Avoiding Bad Things Is Better Than Adding Things To Your Life


“Nimium boni est, cui nihil est mali.” – Ennius

“The good is mostly in the absence of the bad.”

If you want better health, quitting smoking is going to help more than eating organic. (Actually, reducing chronic stress will be better for your health than eating organic as well.) The first step to wealth is lessening your debt. You focus more by decreasing distractions.

When I’m feeling unmotivated, I know I need to get rid of the things stopping me, I don’t need to add anything to my life.

In Antifragile, Nassim Taleb describes why we should worry about being less unhappy, not more happy:

“[H]appiness is best dealt with as a negative concept; the same nonlinearity applies. Modern happiness researchers (who usually look quite unhappy), often psychologists turned economists (or vice versa) do not use nonlinearities and convexity effects when they lecture us about happiness as if we knew what it was and whether that’s what we should be after. Instead, they should be lecturing us about unhappiness (I speculate that just as those who lecture on happiness look unhappy, those who lecture on unhappiness would look happy); the “pursuit of happiness” is not equivalent to the “avoidance of unhappiness.”Each of us certainly knows not only what makes us unhappy … but what to do about it.”

We are always told to do something about it and so we feel like every problem is fixed by adding things. Buy a new product to fix your self-esteem. Buy a new supplement to fix your energy levels. Hire more people to increase production.

It is often more effective to take the causes of the problems away. Stop hanging out with people that make you feel shitty for not having that new product. Stop staying up so late to fix your energy levels. Eliminate inefficiencies instead of making another hire.

You don’t become more productive when you add items to your to-do list, you become more effective when you force yourself to prioritize the single most important item.

Paul Graham, the founder of Y Combinator, and Robert Green, the author of Mastery, discuss via negativa:

Paul: I wrote essays because I didn’t understand about blogging. I had never done it, and I knew these guys did this thing called blogging, but I didn’t really care about it.

Robert: You tend to always put these in the negative form. You can do a lot by avoiding bad as opposed to seeking good.

Robert: Yeah. And it’s a positive avoiding bad. It’s a choice.

Even Warren Buffett and Charlie Munger’s investment strategy is about avoiding bad decisions, not making good ones. Peter Bevelin has distilled their wisdom beautifully in Seeking Wisdom. The following quotes have been pulled from there, starting with Buffett:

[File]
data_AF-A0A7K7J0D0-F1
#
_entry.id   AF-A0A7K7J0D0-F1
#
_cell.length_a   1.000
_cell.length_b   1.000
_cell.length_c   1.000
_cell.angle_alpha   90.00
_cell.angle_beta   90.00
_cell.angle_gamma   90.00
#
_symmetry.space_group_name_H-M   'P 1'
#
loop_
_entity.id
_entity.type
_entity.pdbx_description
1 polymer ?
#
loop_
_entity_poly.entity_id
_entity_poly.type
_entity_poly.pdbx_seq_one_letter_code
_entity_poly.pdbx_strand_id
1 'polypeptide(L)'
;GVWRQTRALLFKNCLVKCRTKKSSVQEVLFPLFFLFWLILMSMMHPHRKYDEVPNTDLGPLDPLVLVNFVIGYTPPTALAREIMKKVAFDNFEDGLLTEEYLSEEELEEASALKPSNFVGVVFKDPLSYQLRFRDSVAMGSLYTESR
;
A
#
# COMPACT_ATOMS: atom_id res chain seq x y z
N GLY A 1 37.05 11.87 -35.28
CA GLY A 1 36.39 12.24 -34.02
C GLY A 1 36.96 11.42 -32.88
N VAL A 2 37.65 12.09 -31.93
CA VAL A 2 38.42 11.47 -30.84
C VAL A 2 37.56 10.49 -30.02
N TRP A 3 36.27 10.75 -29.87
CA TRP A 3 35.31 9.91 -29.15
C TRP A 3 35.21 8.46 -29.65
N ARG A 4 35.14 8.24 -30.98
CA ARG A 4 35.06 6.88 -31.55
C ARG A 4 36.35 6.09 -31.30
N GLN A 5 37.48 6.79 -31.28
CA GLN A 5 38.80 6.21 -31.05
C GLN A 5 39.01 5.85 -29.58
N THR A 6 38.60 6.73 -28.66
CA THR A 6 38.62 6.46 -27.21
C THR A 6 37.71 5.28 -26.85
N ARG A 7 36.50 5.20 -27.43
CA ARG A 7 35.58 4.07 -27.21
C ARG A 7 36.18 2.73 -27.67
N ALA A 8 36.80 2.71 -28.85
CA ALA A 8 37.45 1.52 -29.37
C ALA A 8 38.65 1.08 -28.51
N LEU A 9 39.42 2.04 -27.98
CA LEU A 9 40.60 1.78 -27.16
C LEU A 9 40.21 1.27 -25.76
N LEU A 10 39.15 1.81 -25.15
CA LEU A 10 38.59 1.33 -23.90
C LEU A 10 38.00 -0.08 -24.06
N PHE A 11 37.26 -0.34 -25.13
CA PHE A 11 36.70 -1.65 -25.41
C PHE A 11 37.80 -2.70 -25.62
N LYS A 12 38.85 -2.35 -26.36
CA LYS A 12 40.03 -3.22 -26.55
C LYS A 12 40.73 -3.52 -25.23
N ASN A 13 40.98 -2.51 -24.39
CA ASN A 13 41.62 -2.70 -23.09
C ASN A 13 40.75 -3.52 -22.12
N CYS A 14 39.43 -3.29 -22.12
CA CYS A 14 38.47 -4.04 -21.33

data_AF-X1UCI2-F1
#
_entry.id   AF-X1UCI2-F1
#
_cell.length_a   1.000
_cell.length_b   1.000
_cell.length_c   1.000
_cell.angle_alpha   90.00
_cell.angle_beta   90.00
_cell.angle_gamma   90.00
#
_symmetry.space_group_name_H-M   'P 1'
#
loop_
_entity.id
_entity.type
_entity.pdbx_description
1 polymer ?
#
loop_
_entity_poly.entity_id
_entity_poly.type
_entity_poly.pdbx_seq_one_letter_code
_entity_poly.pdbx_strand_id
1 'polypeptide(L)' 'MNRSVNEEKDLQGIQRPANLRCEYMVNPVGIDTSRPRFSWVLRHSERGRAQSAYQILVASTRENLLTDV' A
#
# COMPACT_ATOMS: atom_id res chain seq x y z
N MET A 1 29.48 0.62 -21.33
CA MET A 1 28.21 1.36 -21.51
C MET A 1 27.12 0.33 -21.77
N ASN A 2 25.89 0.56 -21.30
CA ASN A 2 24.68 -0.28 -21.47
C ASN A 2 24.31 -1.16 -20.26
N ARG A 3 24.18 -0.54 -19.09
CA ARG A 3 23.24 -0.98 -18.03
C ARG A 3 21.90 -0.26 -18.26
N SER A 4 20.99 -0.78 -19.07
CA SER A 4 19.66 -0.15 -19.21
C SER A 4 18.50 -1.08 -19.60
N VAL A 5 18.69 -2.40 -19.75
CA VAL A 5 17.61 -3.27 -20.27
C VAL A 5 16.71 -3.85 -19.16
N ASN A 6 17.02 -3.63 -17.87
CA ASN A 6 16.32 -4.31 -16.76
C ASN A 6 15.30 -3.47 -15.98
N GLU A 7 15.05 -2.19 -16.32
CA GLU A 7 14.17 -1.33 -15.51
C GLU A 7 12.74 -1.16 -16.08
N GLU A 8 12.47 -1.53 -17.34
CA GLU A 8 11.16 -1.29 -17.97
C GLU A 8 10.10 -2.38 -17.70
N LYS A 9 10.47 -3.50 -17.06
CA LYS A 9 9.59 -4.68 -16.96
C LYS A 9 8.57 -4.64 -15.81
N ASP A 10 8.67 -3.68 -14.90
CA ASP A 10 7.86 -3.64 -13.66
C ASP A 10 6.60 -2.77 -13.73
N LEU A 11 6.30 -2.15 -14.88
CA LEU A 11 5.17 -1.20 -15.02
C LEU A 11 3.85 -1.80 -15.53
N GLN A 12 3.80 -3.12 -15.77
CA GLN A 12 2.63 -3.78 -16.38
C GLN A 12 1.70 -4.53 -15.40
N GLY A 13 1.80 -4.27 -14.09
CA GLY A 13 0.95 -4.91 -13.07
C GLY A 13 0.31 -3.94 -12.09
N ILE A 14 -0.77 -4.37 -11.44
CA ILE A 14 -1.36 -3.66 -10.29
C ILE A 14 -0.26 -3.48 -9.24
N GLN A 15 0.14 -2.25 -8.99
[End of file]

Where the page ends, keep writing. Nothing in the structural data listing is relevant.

“Easy does it. After 25 years of buying and supervising a great variety of businesses, Charlie and I have not learned how to solve difficult business problems. What we have learned is to avoid them. To the extent we have been successful, it is because we concentrated on identifying one-foot hurdles that we could step over rather than because we acquired any ability to clear seven-footers. The finding may seem unfair, but in both business and investments it is usually far more profitable to simply stick with the easy and obvious than it is to resolve the difficult.”

Buffett goes on to provide a specific example of this in the management of Berkshire Hathaway:

“We basically have the attitude that you can’t make a good deal with a bad person. We don’t try to protect ourselves by contracts or all kinds of due diligence – we just forget about it. We can do fine over time dealing with people we like and admire and trust.

And the bad actor will try to tantalize you in one way or another. But you won’t win. It pays to just avoid him. We started out with that attitude. However, one or two experiences have convinced us even more so that that’s the way to play the game. “

It’s not just about avoiding external problems – it’s also about realizing how limited your own mind is. It’s about setting yourself up so you don’t have to make a lot of good decisions. Buffett explains:

“Charlie [Munger] and I decided long ago that in an investment lifetime, it’s just too hard to make hundreds of smart decisions. That judgment became ever more compelling as Berkshire’s capital mushroomed and the universe of investments that could significantly affect our result shrank dramatically. Therefore, we adopted a strategy that required our being smart – and not too smart at that – only a few times.”